Frank Daly: That’s not hope Vincent. That is taking the same way any other business, the same way the State, the same way anybody will look at the economy, look at the assets it has, look at its projected cash flows, and do that on a very objective basis. That’s not hope.

VB: It is based on taking a guess on what property prices will be, and most of the guesses have been wrong. Property prices have gone down and down and down, year after year, and you’re saying now “aah, sure let’s hope things will turn round and everything will be fine”

FD: I think if you take a look at recent indices for property prices, and I acknowledge that there are no perfect indices but I certainly think that the level of decline has begun to bottom out. Now what I think you are glossing over is that there is another seven or eight years to go in NAMA, and in that seven years in aggregate, property prices recover by something like seven, eight, nine, 10% which is not an unreasonable proposal, remember recently the Central Bank indicated that property prices may have actually fallen below their economic level.

VB: And they were wrong, again, yet again.

FD: And the month before last, the CSO indices showed that prices were beginning to rise in Dublin for example.

VB: And the most recent indications are that they’re beginning to fall.

FD: You’re never going to get a V-shaped recovery in that.

VB: Never mind a V-shaped recovery. Even if you get a straight-line recovery, that’s an improvement on what is happening in the property market at present. To say that you are absolutely confident that you’ll get back more than what you paid for these assets, is like, misuse of words if you don’t mind me saying, Frank. What you mean is that you hope.

FD: No it’s not misuse of words. For you to say that I’m hoping is misuse of words. What I am saying is-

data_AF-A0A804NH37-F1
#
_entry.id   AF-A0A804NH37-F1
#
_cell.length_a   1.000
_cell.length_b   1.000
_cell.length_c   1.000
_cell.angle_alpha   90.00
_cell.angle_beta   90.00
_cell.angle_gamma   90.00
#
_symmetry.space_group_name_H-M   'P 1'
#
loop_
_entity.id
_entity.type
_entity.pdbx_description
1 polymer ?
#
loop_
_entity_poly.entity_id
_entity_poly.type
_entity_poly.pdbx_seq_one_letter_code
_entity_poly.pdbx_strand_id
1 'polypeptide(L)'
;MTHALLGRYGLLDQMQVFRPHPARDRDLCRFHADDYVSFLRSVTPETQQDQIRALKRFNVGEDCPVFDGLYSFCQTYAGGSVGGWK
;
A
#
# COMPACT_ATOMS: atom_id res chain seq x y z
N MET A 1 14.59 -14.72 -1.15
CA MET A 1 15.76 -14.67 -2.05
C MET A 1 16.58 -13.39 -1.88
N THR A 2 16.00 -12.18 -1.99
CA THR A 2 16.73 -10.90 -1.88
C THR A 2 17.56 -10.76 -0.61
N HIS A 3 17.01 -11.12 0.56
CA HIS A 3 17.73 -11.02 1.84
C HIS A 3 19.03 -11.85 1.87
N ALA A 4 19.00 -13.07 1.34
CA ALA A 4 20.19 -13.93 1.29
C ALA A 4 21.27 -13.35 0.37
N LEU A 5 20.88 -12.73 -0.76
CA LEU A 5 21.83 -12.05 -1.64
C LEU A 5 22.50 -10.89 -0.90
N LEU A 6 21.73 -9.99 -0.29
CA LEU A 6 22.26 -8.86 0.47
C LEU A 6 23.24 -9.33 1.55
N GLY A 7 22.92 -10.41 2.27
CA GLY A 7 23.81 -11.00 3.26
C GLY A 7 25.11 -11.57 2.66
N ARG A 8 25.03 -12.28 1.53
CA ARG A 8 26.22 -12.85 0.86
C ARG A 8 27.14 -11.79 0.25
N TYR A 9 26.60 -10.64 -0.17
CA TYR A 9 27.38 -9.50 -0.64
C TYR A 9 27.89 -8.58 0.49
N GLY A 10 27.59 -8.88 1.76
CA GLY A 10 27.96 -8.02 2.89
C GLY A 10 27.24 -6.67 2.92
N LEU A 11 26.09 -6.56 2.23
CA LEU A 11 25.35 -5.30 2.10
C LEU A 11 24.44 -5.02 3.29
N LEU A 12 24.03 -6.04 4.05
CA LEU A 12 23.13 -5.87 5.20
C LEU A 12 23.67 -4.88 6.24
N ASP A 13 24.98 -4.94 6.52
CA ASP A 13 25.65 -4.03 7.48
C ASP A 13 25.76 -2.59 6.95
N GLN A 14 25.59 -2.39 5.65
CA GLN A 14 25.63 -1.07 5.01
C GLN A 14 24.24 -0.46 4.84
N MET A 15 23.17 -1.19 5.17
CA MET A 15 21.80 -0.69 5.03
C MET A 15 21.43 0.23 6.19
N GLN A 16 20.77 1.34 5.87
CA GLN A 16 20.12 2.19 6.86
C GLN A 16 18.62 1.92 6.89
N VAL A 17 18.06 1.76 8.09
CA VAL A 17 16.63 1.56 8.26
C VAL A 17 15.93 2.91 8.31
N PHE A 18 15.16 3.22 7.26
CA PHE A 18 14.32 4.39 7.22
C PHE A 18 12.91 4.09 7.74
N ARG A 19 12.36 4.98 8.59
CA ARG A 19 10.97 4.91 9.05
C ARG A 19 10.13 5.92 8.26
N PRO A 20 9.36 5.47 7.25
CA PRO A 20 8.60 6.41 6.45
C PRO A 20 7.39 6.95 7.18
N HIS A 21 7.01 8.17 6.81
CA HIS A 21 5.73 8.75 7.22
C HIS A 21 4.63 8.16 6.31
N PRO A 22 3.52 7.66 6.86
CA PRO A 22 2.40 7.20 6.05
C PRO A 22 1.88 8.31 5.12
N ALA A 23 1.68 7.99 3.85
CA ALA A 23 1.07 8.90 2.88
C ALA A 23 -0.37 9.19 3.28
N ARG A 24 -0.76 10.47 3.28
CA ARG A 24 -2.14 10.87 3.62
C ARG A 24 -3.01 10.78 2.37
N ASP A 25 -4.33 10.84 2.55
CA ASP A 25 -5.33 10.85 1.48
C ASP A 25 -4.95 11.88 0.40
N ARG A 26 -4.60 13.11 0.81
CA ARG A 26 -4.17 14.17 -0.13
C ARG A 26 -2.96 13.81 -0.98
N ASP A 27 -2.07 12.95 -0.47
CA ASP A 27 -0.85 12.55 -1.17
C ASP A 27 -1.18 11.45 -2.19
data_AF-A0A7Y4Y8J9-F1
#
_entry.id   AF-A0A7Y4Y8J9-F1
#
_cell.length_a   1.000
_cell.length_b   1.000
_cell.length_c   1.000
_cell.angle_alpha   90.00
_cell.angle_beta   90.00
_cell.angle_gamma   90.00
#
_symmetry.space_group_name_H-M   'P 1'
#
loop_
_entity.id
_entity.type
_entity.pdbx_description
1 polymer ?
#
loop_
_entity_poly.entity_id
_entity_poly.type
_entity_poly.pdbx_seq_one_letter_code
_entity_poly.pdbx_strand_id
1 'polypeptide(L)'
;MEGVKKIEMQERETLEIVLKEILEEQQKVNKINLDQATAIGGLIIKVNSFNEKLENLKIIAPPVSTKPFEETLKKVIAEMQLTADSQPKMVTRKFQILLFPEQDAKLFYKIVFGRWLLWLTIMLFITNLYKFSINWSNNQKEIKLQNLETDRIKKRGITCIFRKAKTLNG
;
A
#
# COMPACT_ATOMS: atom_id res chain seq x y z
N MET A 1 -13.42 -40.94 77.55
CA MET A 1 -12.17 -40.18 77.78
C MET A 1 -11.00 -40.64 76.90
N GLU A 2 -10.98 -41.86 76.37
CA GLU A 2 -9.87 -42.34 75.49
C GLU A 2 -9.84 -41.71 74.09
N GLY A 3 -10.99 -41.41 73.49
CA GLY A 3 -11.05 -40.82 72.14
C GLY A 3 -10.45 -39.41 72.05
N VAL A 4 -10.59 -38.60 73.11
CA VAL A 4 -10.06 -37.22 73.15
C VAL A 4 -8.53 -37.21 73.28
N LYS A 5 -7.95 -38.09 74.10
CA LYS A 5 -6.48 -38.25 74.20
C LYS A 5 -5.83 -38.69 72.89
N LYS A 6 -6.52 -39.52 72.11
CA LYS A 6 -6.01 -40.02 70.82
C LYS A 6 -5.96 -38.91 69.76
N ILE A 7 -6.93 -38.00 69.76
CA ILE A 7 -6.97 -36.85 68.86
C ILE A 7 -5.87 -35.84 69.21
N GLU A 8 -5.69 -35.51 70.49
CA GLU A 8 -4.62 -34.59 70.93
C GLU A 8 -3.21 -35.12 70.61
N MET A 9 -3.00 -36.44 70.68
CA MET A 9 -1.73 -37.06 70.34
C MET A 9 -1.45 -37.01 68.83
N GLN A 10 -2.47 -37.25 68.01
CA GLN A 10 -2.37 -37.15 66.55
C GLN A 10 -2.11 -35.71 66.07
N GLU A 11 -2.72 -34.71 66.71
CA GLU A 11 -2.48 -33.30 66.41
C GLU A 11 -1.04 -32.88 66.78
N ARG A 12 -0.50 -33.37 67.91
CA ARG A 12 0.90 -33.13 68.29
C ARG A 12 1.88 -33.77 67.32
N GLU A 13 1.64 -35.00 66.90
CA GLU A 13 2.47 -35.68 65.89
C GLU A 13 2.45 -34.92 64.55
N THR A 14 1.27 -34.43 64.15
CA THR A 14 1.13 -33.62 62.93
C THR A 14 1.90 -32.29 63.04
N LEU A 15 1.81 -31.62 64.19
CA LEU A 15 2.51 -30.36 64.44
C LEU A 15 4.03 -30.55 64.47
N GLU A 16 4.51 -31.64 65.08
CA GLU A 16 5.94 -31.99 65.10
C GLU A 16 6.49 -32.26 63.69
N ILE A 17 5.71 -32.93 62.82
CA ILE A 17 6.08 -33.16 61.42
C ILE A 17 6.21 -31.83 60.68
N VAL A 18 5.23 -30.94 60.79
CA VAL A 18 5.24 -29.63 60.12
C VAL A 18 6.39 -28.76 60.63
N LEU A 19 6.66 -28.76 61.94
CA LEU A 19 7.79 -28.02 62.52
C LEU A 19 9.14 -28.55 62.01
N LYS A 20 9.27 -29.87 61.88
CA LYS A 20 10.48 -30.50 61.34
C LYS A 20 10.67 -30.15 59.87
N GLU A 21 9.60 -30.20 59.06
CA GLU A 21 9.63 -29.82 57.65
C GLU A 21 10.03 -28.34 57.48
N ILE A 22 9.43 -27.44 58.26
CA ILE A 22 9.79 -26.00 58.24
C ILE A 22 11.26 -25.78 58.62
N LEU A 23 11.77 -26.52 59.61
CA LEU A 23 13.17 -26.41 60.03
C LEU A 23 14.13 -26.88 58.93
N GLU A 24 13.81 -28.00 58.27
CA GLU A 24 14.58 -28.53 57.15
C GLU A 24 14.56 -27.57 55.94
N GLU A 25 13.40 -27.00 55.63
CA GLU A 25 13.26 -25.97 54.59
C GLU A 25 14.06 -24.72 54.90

VB: “you’re not hoping”?

FD: What I’m saying is that based on our projections, our analysis, we are confident. And that’s an objective view of projections, figures, macros and not all our own. Looking at others.

After the launch of the NAMA 2011 Annual Report yesterday, veteran journalist Vincent Browne interviewed the NAMA chairman Frank Daly, at the NAMA HQ in Dublin – the interview forms part of last night’s Tonight with Vincent Browne available here. The hard-working people at thebroadsheet.ie have prepared a partial transcript of the 30-minute interview which is available here. The extract from the interview reproduced above is additional to the Broadsheet extract.

We learn that NAMA can be confident in its projections for the property market because … it has macros. For the spreadsheet-literate amongst you who have had the dubious privilege of coding macros on Excel, you are now probably rolling around on the floor laughing. Macros are little more than formulaic calculations and if we could design macros to accurately predict property prices, we’d all be billionaires.

The regular audience on here won’t really have learned anything new from the interview, which is not to say that Vincent didn’t try to push certain issues. But at this stage, the NAMA chairman could probably swat away most questioning in his sleep.

But whilst we didn’t learn very much, the interview has amusement value. For those of you wondering what NAMA spent €825,000 on in 2011 when it booked this sum for “lease improvements” in its accounts, you probably get an answer from this interview – they spent it on potted plants! Poor old Vincent and Frank look as if they’re in a jungle!

They may also have spent it on teensy-weensy nursery school chairs for their developers to sit in when they come in to negotiate deals with the Agency – psychological intimidation some might say. Vincent Browne was given such a nursery chair last night.